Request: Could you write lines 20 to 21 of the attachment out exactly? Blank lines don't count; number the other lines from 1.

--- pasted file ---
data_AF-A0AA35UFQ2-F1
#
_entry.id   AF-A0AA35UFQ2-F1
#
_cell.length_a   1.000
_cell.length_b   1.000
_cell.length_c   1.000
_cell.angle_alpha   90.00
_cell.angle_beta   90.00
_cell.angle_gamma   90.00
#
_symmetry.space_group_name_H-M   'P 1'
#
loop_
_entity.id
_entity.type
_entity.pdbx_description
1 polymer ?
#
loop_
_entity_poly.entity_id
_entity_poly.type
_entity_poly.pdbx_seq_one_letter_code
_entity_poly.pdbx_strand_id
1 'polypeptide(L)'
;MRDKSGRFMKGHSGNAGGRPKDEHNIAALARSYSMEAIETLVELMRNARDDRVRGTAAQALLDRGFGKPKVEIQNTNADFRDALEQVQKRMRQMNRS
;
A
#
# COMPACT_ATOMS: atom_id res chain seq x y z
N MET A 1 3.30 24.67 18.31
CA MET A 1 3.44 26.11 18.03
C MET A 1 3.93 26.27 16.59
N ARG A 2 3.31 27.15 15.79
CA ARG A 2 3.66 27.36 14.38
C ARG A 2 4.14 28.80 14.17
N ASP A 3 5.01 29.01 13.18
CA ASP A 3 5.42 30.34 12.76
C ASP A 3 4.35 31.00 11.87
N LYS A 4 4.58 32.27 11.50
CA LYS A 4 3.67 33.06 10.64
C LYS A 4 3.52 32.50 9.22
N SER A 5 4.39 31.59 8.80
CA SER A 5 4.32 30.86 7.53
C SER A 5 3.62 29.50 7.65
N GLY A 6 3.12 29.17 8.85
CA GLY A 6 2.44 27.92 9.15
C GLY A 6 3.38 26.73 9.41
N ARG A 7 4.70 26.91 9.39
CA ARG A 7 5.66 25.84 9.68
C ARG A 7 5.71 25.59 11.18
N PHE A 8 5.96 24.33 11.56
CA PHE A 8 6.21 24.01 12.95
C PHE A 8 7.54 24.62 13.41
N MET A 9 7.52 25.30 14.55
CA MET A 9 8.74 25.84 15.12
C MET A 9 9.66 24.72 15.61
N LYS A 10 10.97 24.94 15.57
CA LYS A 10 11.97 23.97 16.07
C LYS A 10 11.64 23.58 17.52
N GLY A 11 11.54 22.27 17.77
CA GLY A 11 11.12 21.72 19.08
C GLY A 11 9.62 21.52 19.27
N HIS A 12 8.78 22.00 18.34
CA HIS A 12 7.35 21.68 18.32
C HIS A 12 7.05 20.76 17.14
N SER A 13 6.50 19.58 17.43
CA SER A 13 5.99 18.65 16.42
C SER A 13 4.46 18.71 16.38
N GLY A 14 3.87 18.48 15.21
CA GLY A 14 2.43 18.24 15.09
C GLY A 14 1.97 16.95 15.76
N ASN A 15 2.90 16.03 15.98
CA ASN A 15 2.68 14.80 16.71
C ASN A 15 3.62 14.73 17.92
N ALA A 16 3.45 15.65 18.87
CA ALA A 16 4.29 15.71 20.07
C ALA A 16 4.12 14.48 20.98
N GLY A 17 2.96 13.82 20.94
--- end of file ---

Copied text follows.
loop_
_entity_poly.entity_id